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Grand Canyon Rim to Rim Crossing (Single Day Hike)

A group of four friends from Minneapolis, MN made a one day crossing (rim to rim) of the Grand Canyon on September 28, 2007. Following months of planning and training we took our shot. We scheduled our trek to coincide with the full moon (none of us figured on the clouds) and during the late season so the temperature range would be more amenable (north rim 5:20am 50 F - colorado river 2:15pm 95 F - south rim 8:15pm 48 F). We chose to cross from the North Rim on the North Kaibab Trail to South Rim via the Bright Angel Trail so we would have easy access to water and the steeper trail / higher elevation change on the down leg. We crossed in just under 15 hours and had the experience of  our lives!

L to R: R. Mehrer, D. Klenk, P. Mehrer, B. Spencer view from south rim 
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L image: At 8:15 pm on the South Rim at the end of the 9/28/07 Rim to Rim crossing.
From left to right Roger Mehrer, David Klenk, Philip Mehrer, Brad Spencer
C image: View of canyon crossing from the South Rim, note Indian Garden (lush area) in center of photo.
R image: Roger and Colleen Mehrer on the North Rim at sunset 9/27/07



We couldn't have done it without the help and assistance from Colleen Mehrer who drove the rental van for over 6 hours from the starting trailhead on the North Rim to pick us up on the South Rim following our crossing. Thanks Colleen!


We departed at 5:22 am on 9/28/2007 (temp 50 F) from the North Rim near the Grand Canyon Lodge (elev 8,241 ft). Headlamps and hiking sticks are a must. Link to Trail facts for North Kaibab Trail.  
Click here to view a map of the North Kaibab Trail as posted on
L to R: P. Mehrer, R. Mehrer, B. Spencer, D. Klenk. North kaibab Trailhead 5:20am 9/28/07 Trail Head sign - North Kaibab trail  We begin in the dark
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L image: Departing 5:20 am - North Kaibab Trailhead
CL image: North Kaibab Trailhead marker
CR image: We begin the descent in darkness
R image: lookin' good Mr. Klenk!

Followed the North Kaibab Trail down to Supai tunnel (elev 6,800 ft) at 6:25am where we were able to shed our long pants and extra shirts. Sunrise!
David and Brad in Supai Tunnel At Supai Tunnel View of winding trail below Supai tunnel
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L image: David and Brad in Supai Tunnel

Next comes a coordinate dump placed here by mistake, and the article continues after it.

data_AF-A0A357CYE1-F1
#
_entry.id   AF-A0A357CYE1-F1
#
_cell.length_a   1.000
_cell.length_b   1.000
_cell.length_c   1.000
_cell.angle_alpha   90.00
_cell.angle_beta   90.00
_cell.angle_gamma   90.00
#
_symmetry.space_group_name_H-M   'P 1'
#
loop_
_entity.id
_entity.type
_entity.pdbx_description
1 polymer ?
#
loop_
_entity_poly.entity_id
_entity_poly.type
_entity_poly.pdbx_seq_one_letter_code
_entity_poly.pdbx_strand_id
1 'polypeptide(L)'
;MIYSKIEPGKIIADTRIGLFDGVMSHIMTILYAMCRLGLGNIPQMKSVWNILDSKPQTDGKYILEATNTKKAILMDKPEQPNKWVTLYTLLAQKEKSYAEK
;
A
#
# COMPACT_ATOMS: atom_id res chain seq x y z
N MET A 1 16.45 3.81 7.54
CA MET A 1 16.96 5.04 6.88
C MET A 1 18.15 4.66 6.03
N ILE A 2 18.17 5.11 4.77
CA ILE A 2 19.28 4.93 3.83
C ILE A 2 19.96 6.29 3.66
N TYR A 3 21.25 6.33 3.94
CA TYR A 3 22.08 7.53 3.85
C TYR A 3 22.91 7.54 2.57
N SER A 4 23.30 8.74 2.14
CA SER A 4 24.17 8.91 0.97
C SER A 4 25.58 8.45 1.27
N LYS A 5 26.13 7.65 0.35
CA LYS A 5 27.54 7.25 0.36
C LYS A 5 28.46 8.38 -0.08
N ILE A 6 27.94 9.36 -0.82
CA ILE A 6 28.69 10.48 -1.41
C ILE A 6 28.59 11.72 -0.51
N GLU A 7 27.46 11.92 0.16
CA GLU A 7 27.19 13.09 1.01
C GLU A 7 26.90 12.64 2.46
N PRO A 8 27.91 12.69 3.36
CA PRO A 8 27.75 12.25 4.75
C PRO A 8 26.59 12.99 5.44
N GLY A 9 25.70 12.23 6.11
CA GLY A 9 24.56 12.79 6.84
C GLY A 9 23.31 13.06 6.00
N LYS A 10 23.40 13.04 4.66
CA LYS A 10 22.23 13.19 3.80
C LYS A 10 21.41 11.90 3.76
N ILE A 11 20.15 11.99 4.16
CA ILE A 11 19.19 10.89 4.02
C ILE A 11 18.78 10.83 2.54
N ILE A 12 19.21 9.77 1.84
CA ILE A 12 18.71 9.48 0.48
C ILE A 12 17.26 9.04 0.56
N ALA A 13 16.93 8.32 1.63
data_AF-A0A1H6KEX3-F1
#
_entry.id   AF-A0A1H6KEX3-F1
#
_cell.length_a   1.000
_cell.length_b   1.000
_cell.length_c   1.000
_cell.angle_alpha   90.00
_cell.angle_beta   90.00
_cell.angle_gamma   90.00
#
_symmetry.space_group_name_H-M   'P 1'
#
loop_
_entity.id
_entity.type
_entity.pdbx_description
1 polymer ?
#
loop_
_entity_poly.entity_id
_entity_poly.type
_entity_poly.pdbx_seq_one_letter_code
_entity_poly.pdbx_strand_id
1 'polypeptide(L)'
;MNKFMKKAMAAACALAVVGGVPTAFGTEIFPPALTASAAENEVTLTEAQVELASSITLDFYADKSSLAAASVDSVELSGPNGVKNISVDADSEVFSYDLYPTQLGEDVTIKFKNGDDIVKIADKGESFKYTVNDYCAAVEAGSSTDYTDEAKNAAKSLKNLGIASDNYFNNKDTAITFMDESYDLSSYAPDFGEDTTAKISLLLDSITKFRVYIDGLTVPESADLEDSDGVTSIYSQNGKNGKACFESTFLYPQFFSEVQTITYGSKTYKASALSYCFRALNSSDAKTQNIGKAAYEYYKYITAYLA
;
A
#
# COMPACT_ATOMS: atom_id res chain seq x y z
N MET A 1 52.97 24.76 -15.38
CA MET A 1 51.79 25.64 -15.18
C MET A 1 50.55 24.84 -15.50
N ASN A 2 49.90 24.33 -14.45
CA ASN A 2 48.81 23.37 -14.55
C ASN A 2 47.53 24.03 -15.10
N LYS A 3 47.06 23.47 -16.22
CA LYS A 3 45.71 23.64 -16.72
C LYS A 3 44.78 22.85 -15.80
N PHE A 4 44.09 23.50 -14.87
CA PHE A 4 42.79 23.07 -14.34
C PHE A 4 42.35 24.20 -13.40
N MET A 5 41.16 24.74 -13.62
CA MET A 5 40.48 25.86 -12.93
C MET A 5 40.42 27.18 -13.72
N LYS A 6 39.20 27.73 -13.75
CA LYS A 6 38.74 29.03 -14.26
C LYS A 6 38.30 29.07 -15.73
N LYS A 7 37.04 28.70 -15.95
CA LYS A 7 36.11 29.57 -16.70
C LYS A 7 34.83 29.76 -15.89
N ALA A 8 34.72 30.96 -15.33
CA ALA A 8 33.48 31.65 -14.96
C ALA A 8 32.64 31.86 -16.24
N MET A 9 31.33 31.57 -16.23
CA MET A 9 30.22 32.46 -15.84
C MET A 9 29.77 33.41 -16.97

C image: Rest area at Supai Tunnel
R image: View of trail below Supai Tunnel

Past Supai Tunnel the trail is beautiful, switching back and forth winding down through Roaring Springs Canyon. Narrow in places but even the height averse members of our group were largely unaffected.
the trail belos Supai is certainly interesting! Phil contemplates his fear of heights Now thats an interesting trail!
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L image: Below Supai Tunnel the trail takes on a special beauty
C image: Phil contemplates his childhood fear of heights.
R image: An interesting trail lies ahead.

A side hike to Roaring Springs (elev 5,200 ft) arriving at 7:50 am (60 F). Found the site somewhat disappointing, would skip if we do this trek again. Enjoyed the first of our peanut butter "burritos".
On the trail to Roaring Springs Heading towards Roaring Springs Phil enjoys a peanut butter burrito! Roaring Springs 
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L image: heading to Roaring Springs.
CL image: The trail becomes lush with vegetation.
CR image: Phil enjoying his first PB Burrito!
R image: Roaring Springs, GC

Then continuing on North Kaibab down toward Cottonwood Camp.
Trail to Cottonwood Camp from Roaring Springs Trail to Cottonwood Camp from Roaring Springs Along the trail to Cottonwood Camp Trail to Cottonwood Camp
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L image: North Kaibab Trail between Roaring Springs and Cottonwood Camp.
CL image: Below the rim the canyons features are truly stunning.
CR image: Unknown structure. Water, Basketball hoop.
R image: David and Roger still looking pretty fresh!

Arrived at Cottonwood Camp (elev 4,080 ft) at 9:15 am (90 F). Met "officer friendly" - Word to the wise - use the very nice latrines.... "Wet up" here, it is a long hike to Phantom, especially if you side trip to Ribbon Falls.
example of a campsite at Cottonwood Camp Phil's favorite "shed" Ranger quarters at Cottonwood Camp L to R: David, Brad, Phil, Roger at Cottonwood Camp. Photo by Ranger C. Sypher
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L image: a campsite at Cottonwood Camp
LC image: Phil on the step at his favorite building....
RC image: Ranger quarters at Cottonwood Camp.
R image: L to R David, Brad, Phil, Roger at Cottonwood Camp. photo by Ranger C. Sypher

We took another side trek, this time to Ribbon Falls. The thin waterfall landing on the large moss covered egg shaped rock is enchanting.
bridge to ribbon falls trail trail to ribbon falls Our first view of Ribbon Falls
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L image: Bridge over Bright Angel Creek to Ribbon Falls trail.
C image: Trail to Ribbon Falls.